“Cracks in the walls, broken windows, destroyed equipment led to the impossibility to use these facilities for work,” he wrote.

Russia’s delegation did not respond to a request for comment.

Medina said the U.S. backed the walkout because it condemns the war in Ukraine, but it remains hopeful for progress in Hobart.

“Right now, Russia is blocking consensus on adoption of three MPA (marine protected area) proposals, but China is as well,” Medina said. “So we are here trying to work through the issues with both countries. Not one-on-one necessarily, although we will be trying with the People’s Republic of China to work through the issues informally.”

She said Russia had been using what amounts to its veto power to block progress not only in Hobart but at a number of international forums.

“It can block consensus. That is a huge impediment to our ability to move forward on some things here, but other things do go ahead in a sort of ordinary course of business,” Medina said.

Some hope the group could make progress on other agenda items, including new rules on krill fishing and reaching agreement on fishing for valuable Antarctic toothfish, marketed as Chilean sea bass.

Andrea Kavanagh, who directs the Pew Bertarelli Ocean Legacy Project’s Antarctic and Southern Ocean protection work, said the problem with krill fishing around Antarctica has been that it’s almost all concentrated in one small area.

She said the depletion of the small, shrimp-like creatures affects predators including seabirds, penguins, seals and whales. She said the fishery doesn’t necessarily need to be reduced, just spread out.

Kavanagh said Norway is the biggest fisher of krill, which is used for human health supplements and feed for aquariums and salmon farms.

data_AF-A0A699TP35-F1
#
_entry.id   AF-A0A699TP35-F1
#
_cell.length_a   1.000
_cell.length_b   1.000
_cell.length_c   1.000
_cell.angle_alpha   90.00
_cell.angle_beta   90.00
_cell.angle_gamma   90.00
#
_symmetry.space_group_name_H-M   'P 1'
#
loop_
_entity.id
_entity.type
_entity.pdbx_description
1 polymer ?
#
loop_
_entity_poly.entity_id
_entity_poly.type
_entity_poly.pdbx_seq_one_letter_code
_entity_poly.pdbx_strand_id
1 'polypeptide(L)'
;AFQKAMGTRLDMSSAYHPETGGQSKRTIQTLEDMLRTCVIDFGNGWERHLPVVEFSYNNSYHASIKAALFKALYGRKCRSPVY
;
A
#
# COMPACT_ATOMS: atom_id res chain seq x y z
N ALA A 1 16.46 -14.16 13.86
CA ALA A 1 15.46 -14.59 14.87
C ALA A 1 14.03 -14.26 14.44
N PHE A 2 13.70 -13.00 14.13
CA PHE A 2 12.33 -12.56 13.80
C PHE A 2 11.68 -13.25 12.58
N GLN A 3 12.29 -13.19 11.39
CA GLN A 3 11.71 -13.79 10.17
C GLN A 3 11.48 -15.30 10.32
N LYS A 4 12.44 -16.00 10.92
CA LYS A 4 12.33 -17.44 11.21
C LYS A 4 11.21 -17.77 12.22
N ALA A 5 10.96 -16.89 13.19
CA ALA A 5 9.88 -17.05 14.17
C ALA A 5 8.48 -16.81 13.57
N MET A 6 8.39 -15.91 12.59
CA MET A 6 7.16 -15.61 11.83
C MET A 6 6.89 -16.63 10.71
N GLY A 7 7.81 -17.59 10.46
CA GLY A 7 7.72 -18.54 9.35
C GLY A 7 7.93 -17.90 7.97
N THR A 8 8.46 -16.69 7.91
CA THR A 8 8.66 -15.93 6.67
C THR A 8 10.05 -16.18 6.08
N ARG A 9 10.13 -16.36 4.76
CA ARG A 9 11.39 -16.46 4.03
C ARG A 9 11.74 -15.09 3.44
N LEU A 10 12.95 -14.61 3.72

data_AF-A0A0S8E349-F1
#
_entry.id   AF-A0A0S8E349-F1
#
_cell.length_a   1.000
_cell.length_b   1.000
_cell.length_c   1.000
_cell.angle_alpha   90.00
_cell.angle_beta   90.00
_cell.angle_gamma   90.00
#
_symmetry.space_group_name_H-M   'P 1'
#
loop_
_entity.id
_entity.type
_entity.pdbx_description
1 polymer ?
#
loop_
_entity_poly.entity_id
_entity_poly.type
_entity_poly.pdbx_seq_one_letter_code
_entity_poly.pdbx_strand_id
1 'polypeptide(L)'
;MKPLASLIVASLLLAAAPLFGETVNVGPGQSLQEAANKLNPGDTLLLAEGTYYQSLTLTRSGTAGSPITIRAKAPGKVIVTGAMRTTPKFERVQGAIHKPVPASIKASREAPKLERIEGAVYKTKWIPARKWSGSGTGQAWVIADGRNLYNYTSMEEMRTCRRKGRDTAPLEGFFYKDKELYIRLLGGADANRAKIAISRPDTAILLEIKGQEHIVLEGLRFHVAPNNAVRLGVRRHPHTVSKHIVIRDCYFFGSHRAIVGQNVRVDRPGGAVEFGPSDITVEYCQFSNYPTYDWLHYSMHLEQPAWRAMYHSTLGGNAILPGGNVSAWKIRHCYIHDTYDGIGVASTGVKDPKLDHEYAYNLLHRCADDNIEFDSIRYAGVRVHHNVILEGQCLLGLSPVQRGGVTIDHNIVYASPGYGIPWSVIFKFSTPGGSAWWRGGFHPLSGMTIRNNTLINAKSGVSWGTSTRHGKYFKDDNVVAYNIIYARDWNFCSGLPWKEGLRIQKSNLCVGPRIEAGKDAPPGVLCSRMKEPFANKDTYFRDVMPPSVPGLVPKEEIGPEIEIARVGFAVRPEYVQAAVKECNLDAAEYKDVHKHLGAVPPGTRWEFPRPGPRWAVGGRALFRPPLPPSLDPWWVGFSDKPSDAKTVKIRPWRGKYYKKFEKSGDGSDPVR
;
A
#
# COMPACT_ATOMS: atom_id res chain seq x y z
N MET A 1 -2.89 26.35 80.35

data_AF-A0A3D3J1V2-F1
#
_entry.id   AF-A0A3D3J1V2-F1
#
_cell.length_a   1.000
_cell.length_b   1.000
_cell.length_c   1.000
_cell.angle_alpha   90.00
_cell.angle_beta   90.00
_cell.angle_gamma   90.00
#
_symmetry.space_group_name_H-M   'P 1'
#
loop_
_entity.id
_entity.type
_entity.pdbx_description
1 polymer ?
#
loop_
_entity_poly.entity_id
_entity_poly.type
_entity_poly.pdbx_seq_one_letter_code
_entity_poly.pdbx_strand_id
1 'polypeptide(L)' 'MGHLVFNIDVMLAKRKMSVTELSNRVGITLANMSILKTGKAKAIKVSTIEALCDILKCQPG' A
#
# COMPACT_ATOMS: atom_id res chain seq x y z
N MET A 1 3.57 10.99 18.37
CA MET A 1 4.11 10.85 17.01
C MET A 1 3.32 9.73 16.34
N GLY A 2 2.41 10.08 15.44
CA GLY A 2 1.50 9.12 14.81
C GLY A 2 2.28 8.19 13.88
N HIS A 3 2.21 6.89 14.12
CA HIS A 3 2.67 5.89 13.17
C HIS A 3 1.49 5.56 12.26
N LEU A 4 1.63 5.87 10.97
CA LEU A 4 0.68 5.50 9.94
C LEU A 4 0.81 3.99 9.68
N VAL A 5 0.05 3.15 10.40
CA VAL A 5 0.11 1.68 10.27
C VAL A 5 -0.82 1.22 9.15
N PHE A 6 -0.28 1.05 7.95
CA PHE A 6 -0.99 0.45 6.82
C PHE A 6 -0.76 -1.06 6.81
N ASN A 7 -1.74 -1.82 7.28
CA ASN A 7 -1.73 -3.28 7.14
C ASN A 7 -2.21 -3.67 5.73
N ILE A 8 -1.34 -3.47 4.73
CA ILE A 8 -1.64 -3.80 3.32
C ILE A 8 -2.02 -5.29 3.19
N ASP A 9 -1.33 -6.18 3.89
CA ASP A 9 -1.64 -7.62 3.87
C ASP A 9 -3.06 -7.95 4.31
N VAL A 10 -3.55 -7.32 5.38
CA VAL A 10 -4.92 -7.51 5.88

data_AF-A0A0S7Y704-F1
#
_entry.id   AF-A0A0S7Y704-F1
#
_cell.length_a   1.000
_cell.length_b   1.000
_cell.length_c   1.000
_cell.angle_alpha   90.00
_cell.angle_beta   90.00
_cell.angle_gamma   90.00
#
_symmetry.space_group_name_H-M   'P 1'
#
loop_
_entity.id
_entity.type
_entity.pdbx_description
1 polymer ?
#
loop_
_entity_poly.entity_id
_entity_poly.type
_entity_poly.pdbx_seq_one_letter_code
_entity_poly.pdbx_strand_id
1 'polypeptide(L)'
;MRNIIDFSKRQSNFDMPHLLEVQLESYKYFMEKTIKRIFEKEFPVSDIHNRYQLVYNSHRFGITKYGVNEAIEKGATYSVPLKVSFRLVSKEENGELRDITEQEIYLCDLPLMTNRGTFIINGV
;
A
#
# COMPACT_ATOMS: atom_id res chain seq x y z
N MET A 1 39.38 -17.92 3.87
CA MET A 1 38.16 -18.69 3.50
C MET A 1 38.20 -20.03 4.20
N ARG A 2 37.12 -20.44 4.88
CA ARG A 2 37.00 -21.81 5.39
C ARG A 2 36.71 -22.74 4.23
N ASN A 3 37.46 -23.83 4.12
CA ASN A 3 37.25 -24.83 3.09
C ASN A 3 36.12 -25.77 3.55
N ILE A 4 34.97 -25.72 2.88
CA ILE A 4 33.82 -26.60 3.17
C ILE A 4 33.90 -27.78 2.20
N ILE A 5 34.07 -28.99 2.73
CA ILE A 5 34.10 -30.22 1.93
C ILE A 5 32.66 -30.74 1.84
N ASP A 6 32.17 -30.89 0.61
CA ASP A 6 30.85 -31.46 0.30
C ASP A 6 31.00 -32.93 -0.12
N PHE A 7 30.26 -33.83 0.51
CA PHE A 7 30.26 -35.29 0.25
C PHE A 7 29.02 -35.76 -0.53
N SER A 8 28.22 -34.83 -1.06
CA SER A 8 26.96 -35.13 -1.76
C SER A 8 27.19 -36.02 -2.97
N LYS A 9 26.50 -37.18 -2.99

“It’s not a food security issue,” Kavanagh said. “Krill is used for luxury products.”

Russia last year used its veto-like powers to reject the toothfish catch limits proposed by the commission’s scientists. That led to Britain taking its own action by issuing licenses without CCAMLR approval, putting it offside with many other members.

Medina said Britain had been trying to sell some of the toothfish in America but the U.S. had refused to buy it. But she said it was not up to the U.S. to tell Britain to stop its fishing.

She said Britain’s fishing was “within the bounds of what had been permitted in the past, and should not in any way be controversial other than the fact that Russia has blocked it.”

One bright spot of the meeting so far has been that discussions with China appeared to have been more positive than in previous years, said Kavanagh. It was also helpful to have high-level support from the U.S. and resume face-to-face discussions, she said.

She pointed out the group had managed before to get Russia on board, back in 2016 when it created a marine protected area twice the size of Texas in the Ross Sea.

Countries should not interpret consensus as a veto power, Kavanagh added, but rather should offer counterproposals so everyone works toward a compromise.

But in recent years, she said, “nobody’s offering counterproposals that are legitimate. It’s all just ‘No.'”